Strengthening connections with the community and focusing on policies that result in increased student achievement are two outcomes that the Adams County School District 14 (Adams 14) accomplishes by adopting a Policy Governance model.
Policy Governance, authored by John Carver and used by an increasing number of cities, nonprofits, and school boards across the country, applies a specific set of principles to the leadership role. These principles include governing the school district by focusing on results or clearly defined “ends” – what Adams 14 graduates should know, understand, and be able to do. By governing at this level, the board communicates to the superintendent on what the board expects to be accomplished and leaves the methods for accomplishing those goals up to the superintendent and all staff..
Policy Governance is a model of governance designed to empower the Adams 14 board to fulfill their obligation of accountability and fiduciary responsibility for the district they govern. Policy Governance allows the board to focus on larger issues, clearly delegate authority, and direct the superintendent without interfering and while continuously evaluating what is being accomplished.
Policy Governance is a new and effective change in the way the Adams 14 board members conceive of and do their job. It allows greater accountability and transparency. Board leadership is not just rhetoric, it is a reality.
The Adams 14 Board of Education received training and support from the Colorado Association of School Boards and Govern for Impact prior to adopting the Policy Governance model.
The board sets “board means.” These are the policies that describe the board’s job and how it directs the superintendent to achieve the “ends.” These also are referred to as the governance process.
The “board/superintendent relationship” defines the connection between the board and the superintendent, directs the board to act as a unit, creates accountability of the superintendent, delegation to the superintendent, and monitors superintendent performance.
The “ends” are the results the school board expects. The school board creates goals and priorities that define the ends. In this way, the board provides strategic leadership by clearly defining what is to be accomplished.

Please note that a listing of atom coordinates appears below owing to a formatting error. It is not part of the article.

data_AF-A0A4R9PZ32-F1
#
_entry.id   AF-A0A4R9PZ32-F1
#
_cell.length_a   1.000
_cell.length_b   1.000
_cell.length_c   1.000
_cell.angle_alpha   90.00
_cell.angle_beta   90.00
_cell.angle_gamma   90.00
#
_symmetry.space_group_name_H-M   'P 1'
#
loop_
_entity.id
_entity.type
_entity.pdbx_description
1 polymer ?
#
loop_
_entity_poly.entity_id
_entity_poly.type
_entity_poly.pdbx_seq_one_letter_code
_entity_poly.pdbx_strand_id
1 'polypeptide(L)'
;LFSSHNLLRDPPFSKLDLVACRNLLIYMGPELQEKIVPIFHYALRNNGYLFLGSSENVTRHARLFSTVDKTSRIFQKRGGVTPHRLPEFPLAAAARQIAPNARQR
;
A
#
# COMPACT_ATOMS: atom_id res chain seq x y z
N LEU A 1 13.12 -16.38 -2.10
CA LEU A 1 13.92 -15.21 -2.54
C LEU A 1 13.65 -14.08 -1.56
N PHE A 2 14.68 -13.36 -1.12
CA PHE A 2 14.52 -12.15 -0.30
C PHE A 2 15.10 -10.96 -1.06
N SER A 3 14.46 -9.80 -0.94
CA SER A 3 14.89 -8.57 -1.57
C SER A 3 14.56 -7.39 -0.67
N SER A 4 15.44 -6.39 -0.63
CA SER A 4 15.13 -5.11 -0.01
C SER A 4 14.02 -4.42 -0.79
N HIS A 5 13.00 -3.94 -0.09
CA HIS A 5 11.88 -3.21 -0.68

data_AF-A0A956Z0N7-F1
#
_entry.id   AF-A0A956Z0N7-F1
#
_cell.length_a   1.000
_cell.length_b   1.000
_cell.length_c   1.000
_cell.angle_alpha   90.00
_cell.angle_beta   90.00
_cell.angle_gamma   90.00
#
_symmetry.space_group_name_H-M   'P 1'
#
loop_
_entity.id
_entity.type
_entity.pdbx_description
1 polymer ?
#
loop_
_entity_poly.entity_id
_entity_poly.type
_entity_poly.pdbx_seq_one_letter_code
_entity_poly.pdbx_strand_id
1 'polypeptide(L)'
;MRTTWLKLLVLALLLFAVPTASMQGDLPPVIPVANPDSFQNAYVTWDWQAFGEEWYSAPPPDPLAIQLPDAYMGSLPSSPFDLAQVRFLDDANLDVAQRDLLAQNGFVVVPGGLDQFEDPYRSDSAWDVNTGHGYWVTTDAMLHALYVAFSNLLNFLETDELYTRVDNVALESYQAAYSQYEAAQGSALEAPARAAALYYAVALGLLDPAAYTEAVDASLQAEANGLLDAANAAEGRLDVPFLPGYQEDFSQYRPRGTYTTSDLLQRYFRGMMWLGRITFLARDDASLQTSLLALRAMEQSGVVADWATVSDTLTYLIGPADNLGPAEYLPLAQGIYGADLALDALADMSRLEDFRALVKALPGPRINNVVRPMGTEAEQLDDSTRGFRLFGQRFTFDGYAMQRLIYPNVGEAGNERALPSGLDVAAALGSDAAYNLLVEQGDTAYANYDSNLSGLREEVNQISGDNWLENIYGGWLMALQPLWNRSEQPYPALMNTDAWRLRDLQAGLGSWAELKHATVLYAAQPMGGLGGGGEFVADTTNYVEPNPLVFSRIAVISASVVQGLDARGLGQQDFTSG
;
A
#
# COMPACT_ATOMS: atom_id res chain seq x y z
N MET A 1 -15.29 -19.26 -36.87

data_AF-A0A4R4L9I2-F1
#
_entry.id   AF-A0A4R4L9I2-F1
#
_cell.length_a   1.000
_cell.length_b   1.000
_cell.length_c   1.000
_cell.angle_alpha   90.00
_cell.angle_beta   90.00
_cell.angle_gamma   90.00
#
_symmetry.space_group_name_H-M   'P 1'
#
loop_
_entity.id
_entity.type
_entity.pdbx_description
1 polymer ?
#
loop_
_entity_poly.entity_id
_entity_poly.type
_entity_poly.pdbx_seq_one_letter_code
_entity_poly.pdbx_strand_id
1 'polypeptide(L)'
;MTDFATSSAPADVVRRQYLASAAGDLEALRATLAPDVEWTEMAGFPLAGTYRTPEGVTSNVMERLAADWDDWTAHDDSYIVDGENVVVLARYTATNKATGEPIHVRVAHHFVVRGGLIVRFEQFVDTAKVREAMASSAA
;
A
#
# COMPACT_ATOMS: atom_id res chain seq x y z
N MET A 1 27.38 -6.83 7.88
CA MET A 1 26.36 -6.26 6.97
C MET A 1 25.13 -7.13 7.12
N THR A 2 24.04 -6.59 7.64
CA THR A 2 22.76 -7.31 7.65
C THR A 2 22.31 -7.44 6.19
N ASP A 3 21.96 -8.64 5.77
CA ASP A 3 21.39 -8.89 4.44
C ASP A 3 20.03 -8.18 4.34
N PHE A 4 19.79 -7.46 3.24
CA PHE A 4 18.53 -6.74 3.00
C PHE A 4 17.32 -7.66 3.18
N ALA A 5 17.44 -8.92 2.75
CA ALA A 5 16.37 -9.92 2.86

The superintendent does not have complete freedom in making decisions about how to accomplish the ends. “Executive limitations” are policies that define what methods cannot be used to get the expected results. In essence, the school board is preapproving all means that have not been expressly prohibited. This gives the superintendent the power to make decisions that create the desired ends.
By using Policy Governance, there are clearly defined ends that are expected to be achieved. That leaves the means of achieving those ends up to the superintendent and all staff who work under their direction. People with extensive professional preparation and experience make the decisions that affect student education.
Policies will clearly define the ends expected, allowing everyone to understand them. Policy Governance allows performance evaluations to be tied to the ends set by school district policies.
This approach emphasizes community values, well-educated students, systems accountability, and efficient use of administration and board time.
It allows the board to focus on general principles leaving details to the administration. Community involvement is an essential component.
The board sets forth clear expectations for student results and sets executive limitations under which the administration operates. The end goals and executive limitations are set within the parameters of the resources and the values of the community.
The superintendent focuses the resources and energy of the district to achieve the student results stated in the ends policy. The superintendent maintains fiscal integrity and protects district assets with fairness and respect for all while operating the district within executive limitations and while keeping the board well informed.
Until now, the board of education did not use a defined framework for district governance, instead governing by following state- or federally-mandated policies, procedures, regulations, and practices, based largely on tradition.
Through a board governance model, the superintendent is responsible for following board policies to manage the operations of the district. The board holds the superintendent accountable to meeting the goals it has set.